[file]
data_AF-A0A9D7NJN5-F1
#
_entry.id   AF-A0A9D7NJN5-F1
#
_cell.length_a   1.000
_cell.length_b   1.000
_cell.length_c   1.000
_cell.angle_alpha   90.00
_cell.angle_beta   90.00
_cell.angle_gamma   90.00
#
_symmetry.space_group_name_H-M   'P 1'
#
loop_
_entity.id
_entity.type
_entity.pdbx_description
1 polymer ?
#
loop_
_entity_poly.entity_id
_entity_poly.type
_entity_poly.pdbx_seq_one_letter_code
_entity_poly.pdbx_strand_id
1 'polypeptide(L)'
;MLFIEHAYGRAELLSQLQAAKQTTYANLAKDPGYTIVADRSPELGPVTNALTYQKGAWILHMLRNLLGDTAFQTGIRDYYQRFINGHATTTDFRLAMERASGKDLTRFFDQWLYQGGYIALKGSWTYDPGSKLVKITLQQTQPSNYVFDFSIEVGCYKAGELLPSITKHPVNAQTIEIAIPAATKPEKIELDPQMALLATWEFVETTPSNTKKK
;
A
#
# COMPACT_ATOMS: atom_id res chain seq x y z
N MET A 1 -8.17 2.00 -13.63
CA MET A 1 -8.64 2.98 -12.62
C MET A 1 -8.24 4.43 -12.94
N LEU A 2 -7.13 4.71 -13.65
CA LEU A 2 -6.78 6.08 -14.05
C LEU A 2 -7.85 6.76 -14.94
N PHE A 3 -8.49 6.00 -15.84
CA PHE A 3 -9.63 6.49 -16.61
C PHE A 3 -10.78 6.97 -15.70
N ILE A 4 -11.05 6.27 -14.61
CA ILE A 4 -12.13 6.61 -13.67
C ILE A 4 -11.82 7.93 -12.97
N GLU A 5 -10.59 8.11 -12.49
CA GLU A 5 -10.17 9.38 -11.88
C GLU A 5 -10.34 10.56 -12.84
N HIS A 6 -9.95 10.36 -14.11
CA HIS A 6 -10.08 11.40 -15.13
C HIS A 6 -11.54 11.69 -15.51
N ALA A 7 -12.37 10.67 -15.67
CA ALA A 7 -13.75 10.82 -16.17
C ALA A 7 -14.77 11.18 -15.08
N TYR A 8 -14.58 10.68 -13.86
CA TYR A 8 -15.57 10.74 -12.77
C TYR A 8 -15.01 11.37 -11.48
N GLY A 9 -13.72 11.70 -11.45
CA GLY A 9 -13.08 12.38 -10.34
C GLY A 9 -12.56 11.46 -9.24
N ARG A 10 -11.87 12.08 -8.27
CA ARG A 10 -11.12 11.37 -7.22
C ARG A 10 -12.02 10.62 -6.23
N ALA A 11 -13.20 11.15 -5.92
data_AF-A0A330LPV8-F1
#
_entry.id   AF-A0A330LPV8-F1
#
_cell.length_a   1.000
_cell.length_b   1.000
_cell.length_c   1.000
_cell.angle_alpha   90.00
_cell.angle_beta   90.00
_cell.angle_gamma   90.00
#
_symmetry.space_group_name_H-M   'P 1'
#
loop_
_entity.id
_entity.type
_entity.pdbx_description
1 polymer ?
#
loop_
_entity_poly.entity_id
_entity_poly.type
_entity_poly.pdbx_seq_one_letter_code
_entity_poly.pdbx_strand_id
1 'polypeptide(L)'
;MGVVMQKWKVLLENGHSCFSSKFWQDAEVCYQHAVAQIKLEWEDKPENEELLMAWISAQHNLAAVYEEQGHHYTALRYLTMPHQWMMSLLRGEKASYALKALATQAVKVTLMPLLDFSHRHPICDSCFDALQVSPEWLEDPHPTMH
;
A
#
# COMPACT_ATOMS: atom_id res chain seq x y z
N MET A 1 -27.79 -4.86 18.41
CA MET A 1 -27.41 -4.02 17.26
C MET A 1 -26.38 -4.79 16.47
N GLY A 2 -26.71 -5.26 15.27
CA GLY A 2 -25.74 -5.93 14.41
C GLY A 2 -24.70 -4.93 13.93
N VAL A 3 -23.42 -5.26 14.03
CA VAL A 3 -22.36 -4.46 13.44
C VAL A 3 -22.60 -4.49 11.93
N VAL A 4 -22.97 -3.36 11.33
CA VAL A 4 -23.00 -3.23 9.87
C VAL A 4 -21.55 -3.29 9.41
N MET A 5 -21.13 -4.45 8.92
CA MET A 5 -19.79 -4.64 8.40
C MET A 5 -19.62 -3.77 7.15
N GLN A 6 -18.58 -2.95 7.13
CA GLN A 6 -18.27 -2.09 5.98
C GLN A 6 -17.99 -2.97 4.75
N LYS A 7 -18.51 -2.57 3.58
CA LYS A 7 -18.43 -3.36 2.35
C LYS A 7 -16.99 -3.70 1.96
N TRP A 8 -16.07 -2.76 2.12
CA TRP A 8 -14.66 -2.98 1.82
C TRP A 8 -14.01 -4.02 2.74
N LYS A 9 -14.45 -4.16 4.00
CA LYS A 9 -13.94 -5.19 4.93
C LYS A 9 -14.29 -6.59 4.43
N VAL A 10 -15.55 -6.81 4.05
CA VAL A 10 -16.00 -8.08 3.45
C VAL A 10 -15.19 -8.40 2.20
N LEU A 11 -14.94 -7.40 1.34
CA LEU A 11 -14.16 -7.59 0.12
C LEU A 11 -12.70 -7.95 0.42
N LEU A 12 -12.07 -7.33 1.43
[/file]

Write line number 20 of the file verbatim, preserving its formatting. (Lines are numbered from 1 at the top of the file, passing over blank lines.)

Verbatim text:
loop_